Typhoon Dujuan strikes Taiwan 28 September 2015

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As at mid afternoon Monday 28 September, Typhoon Dujuan is commencing landfall along the east coast of Taiwan being the same area hit hard by Typhoon Soudelor early August. The storm is coming ashore as a Category 4 typhoon on the Saffir Simpson Scale with winds calculated at 120 knots (Approximately 222 km/h) BY CIMSS.

The Central Weather Bureau of Taiwan has issued wind alerts with wind speeds of 51 metres per second with higher gusts to 61 metres per second.

The eye of the storm is now starting to make landfall and the typhoon is moving west north west at 18 km/h.

Several alerts and warnings are now in force especially across the east coast and mountainous areas.

Some of those alerts are specific for rain, flooding and probable flash flooding. Extremely Heavy Rain advisories are in force for some areas including but not limited to:-

Tagyuan City (Mountainous area).
New Taipei City (Mountainous area).
Yilan County.

Torrential rain advisories cover much of the northern part of the country and mountainous areas not covered by the Extremely Heavy Rain advisory. The typhoon is already producing some very heavy flooding rains including:-

Yilan County Datong Township 293 mm.
New Taipei City (Wulai District) 285.5 mm.
Taipei City (Beitau District) 244.5 mm.
Tagyuan City (Fuxing District) 240 mm.

being the highest figures for the 24 hour period from 2.10 pm 27/9/15 to 2.10 pm 28/9/15. It is expected that the rainfall figures quoted above and others will swell over coming hours as the storm passes over the island.

As seen in the CIMSS satellite photos and models, the storm sustains a clear eye with heavy rain bands surrounding the eye feature as it encroaches toward Taiwan. This is an intense storm capable of significant damage. It will be interesting to see the outcome given that the area would still be recovering after Typhoon Soudelor early August.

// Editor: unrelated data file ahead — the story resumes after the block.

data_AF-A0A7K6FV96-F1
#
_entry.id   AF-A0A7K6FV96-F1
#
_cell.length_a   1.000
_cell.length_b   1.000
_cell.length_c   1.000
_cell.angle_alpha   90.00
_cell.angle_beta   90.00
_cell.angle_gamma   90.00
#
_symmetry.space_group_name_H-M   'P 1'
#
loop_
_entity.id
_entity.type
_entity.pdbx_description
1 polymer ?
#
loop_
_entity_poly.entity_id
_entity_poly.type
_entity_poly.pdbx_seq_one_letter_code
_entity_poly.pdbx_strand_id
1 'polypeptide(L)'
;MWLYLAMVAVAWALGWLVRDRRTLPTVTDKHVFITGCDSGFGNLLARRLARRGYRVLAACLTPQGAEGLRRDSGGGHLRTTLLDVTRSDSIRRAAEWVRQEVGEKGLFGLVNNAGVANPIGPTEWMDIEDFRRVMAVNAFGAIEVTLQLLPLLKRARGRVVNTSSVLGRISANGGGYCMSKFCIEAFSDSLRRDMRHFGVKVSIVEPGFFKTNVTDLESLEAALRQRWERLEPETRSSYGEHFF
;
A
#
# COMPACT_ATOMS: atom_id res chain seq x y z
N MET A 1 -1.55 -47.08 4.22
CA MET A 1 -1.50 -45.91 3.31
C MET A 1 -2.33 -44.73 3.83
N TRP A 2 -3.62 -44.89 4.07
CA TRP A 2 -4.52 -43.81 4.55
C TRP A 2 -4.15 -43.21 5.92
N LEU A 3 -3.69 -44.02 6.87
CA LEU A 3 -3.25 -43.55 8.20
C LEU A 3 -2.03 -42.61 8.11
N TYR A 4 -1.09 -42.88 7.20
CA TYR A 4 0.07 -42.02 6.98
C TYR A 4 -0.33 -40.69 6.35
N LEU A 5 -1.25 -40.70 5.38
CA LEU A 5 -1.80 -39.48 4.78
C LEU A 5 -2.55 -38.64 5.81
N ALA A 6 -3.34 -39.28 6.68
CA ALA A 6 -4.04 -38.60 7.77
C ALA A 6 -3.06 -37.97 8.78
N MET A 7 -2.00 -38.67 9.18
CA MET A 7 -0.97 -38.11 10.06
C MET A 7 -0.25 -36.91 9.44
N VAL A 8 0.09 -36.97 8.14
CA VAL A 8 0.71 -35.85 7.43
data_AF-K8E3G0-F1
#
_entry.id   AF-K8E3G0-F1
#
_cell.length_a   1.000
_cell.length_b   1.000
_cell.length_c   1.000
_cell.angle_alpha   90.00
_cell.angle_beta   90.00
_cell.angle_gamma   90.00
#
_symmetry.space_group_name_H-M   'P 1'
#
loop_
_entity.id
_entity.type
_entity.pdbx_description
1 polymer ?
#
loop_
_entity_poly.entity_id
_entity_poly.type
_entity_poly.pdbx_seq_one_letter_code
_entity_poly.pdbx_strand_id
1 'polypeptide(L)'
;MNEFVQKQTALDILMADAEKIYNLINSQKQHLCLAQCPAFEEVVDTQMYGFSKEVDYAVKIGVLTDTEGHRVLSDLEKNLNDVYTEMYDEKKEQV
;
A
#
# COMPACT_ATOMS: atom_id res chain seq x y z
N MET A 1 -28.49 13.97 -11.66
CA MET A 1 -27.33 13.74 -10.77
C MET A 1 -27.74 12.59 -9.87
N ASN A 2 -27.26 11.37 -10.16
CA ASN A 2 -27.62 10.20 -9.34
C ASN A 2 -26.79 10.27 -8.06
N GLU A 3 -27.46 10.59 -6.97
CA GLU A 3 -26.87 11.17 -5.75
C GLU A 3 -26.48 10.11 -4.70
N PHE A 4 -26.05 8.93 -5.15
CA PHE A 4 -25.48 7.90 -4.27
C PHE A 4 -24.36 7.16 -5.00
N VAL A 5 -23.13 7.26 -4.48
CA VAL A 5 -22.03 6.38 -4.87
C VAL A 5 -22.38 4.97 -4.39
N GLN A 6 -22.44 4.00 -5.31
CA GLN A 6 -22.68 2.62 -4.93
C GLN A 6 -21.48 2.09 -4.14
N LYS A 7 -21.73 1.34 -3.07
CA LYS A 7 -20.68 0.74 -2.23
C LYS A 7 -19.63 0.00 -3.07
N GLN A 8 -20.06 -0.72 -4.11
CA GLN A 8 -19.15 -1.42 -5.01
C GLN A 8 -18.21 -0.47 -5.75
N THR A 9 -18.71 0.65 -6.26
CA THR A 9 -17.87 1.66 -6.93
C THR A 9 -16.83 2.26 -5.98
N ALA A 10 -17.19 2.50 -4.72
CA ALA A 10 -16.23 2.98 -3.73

Following landfall over Taiwan, the storm will weaken significantly but will still be strong enough to make final landfall onto eastern China where it will end its life span.

CREDITS

1 - CIMSS (Various images) acquired 27 and 28 September 2015.
2 - Taiwan Central Weather Bureau (28/9/15) rainfall data, rainfall prognosis plot and radar image.
3 - NASA (Worldview MODIS) of the typhoon acquired 27/9/15.

Comments

comments

  • Harley Pearman

    Powerful Typhoon Dujuan has now crossed the country and the remnants of the storm has now made landfall over Fujian Provence (Peoples Republic of China). The storm has struck the same areas of Taiwan affected by Typhoon Soudelor early August compounding the recovery from that storm.

    Based on news reports, there is a report of a single wind gust of 291 km/h coming from the Japanese island of Yonagunijima off the east coast of Taiwan and a wind gust of 246 km/h from Su Ao (Taiwan).

    This storm was interesting because the eye collapsed rapidly just as the storm was making landfall along the rugged east coast of Taiwan. This is seen in the radar images where the eye fills in rapidly as the storm strikes a barrier which in this case is a mountain range reaching 3,997 metres in height (Yu Shan).

    News reports indicate at least 7,000 fleeing the east coast cities on trains prior to train services being cancelled and more than 24,000 military personnel being mobilized to help with the disaster relief.

    So far, there appears to be reports of 2 fatalities and 324 injuries as the cleanup commences.

    The storm brought significant rainfall and according to the weather network and rain gauges across the country, some cumulative rainfall totals include:-

    716 mm Wulai District of New Taipei City.
    679 mm Wulai District of New Taipei City (Two gauges reporting).
    634.5 mm Nangang District Taipei District.
    625 mm Pingxi District New Taipei City.
    582 mm Zhuqi Township Chiayi County.
    580 mm Pingxi District New Taipei City.
    521 mm Fuxing District Taoyuan City.

    (Figures are cumulative for the 27, 28 and 29 covering the whole storm storm event).

    Taipei has a population of around 10 million across its entire metropolitan area. Hence parts of this city has received in excess of 600 mm to 700 mm especially in areas closer to the mountains. The mountains of Taiwan has again influenced rainfall greatly. Such heavy rain creates issues of flooding, flash flooding and mudslides in such areas and similar to Typhoon Soudelor, this has occurred again.

    A major cleanup is now underway including the restoration of power supplies and clearing of debris.

    CREDITS

    1 – Central Weather Bureau Taiwan (Rainfall data) 29/9/15.
    2 – ACCUWEATHER 29/9/15 (Wind data and reporting).
    3 – Dujuan Super Typhoon Thousands Evacuated from Taiwan 28/9/15.

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